Commercials: "Get Tim Gunn's take on Top Design right after this episode!" I didn't tune in, but I'm guessing it was some variation on "Man, thank God my show doesn't suck rocks like this one."
When we return, Michael and Andrea are up and at-'em at zero-dark-thirty to pick up flowers for their respective teams. Michael wants flowers that are "architecturally interesting" with "nice clean lines" -- that means calla lilies for those of you who don't commission your floral arrangements from Frank Gehry. Andrea picks what she describes as "strange, textured flowers" -- apparently, Andrea is unaware of the reality show conceit that anything considered remotely strange should be regarded with revulsion and horror, lest anyone else get any funny ideas, so it should be interesting to see how this strategy pans out for her. And thus do Michael and Andrea's flower-buying adventures end nearly as soon as they begin. A good thing too, as I was beginning to go into withdrawal from the lack of swooping aerial shots of the Pacific Design Center.
Speaking of which, the Top Designers arrive at their home away from home with four-and-a-half hours to finish the challenge but with their tents, pre-erected. That's a pity, as I was really looking forward to watching the top designers go all Ringling Brothers on us and prop up their individual tents. Aw, who am I kidding? They would have just gotten their carpenters to do everything. After the requisite shots of people expressing concern about the project -- "Boy, we sure have a lot of work ahead of us" clips that, for all I know, were leftover from previous challenges -- we resume with this week's narrative, The Trials of Goil Amornvivat. In this installment, our hero resigns himself to moving the lattices around while Erik and Andrea jawjack about where to put the flowers. And I know it's supposed to be sad and all -- poor Goil, shut out of a leadership rule, and reduced to grunt work -- but you haven't experience sublime unintentional comedy until you've heard Goil's sad little death whimper as he comes dangerously close to being crushed by a falling lattice. Does it make me an uncaring ass that I laughed out loud at the death whimper? Doubtlessly. But at least I'll have something to chuckle about when I'm roasting in Hades.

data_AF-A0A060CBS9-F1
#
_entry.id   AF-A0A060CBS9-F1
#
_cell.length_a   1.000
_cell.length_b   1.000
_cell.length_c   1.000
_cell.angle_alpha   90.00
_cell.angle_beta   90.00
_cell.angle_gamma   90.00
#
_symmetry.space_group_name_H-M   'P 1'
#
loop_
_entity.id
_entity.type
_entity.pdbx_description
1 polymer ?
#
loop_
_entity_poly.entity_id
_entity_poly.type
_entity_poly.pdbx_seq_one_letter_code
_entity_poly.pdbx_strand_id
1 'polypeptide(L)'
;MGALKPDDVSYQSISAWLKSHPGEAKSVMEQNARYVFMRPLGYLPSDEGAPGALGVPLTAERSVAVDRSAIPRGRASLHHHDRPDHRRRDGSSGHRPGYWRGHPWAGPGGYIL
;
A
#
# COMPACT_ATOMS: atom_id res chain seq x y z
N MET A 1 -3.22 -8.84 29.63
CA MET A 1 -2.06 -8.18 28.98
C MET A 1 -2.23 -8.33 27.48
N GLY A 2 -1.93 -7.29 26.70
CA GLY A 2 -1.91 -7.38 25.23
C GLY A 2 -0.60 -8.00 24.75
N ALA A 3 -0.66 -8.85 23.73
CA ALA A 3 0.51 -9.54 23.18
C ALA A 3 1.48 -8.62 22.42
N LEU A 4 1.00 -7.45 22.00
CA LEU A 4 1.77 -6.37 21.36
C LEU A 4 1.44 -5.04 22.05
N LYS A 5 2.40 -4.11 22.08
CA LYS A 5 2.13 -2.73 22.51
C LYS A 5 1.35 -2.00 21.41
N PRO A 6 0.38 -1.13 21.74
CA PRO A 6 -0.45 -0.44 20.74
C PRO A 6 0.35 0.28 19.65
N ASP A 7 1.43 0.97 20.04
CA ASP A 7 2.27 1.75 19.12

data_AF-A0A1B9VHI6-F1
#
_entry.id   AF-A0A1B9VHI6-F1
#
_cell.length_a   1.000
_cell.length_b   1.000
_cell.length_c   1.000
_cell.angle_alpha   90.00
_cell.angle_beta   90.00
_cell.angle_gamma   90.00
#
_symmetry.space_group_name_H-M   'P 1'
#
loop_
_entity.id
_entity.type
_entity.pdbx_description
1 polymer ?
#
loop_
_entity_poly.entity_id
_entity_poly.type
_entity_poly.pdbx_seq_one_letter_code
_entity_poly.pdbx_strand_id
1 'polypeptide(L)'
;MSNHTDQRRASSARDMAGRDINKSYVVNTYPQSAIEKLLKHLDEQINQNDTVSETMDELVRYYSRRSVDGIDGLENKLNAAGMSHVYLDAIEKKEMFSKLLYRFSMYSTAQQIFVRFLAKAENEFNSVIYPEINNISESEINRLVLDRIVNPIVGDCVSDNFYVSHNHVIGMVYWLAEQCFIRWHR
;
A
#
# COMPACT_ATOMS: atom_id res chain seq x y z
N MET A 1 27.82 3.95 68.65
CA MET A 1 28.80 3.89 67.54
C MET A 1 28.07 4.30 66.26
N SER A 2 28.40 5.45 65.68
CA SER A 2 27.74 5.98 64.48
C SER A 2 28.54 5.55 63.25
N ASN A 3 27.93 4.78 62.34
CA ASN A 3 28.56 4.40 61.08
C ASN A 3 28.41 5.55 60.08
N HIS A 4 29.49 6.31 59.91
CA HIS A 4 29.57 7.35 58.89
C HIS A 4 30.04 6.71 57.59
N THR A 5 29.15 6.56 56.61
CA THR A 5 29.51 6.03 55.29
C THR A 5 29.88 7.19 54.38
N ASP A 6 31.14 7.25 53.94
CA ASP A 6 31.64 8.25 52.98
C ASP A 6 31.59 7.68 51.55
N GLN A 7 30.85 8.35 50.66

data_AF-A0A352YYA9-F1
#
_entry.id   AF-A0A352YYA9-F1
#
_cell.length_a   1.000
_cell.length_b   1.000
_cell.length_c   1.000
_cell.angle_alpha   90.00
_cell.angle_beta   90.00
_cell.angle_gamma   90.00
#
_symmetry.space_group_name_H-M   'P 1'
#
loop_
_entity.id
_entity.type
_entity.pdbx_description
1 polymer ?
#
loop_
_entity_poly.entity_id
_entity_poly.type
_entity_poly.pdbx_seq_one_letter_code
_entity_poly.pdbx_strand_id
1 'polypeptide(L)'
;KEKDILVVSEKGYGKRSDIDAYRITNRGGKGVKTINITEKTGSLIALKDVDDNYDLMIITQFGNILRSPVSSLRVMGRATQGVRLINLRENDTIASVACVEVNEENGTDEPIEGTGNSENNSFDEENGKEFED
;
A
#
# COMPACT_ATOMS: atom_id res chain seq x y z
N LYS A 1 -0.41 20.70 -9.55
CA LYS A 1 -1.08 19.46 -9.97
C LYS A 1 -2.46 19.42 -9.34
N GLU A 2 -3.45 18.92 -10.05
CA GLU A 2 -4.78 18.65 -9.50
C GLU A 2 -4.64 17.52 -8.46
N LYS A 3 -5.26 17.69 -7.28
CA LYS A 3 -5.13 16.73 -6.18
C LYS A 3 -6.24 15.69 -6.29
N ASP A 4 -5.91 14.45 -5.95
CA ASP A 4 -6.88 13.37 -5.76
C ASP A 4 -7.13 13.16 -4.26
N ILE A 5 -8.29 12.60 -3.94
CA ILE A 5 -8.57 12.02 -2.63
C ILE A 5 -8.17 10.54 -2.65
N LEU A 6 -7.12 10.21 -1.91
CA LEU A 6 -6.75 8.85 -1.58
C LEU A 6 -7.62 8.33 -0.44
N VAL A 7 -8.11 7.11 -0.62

Over in the other tent, Matt is making sure the trains run on time; apparently keeping trains on schedule requires a lot of cursing. "We can't be a perfectionist with this shit," he tells Carl the Carpenter. "That gets all mirrored," he says with exasperation to another gaggle of carpenters. "Fuck me." Carisa just shakes her head -- there's only room for one order-barking diva on this project, buddy boy, she seems to be saying. "Everybody needs to take a deep breath and relax and," Carisa begins before Matt cuts her off: "None of us has two minutes to stand," he snaps. Carisa responds by rolling her eyes heavenward; if she's not careful, they're going to stick that way soon enough. Meanwhile, Michael is painstakingly assembling the flowering arrangements, earning Carisa's scorn for not helping out with the rest of the design. You may remember this particular passion play when it was staged last week as Carisa, Please Stop Working on Your Stupid Office and Help Us; playing the part of Carisa this week is Michael, while the squirrel urine will be replaced by bottles of Bacardi LimÃ³n . So Carisa is irritated at Michael; Michael feels likewise about Carisa; and just to nail the hat trick, Matt isn't too pleased with Carisa either: "We decide who's doing what, and I turn around, and Michel's being pulled over from his job [by Carisa] so that he can help paint." It's increasingly looking like this challenge won't end before one of these three is dead by the other's hand -- please don't assume I am objecting to this turn of events.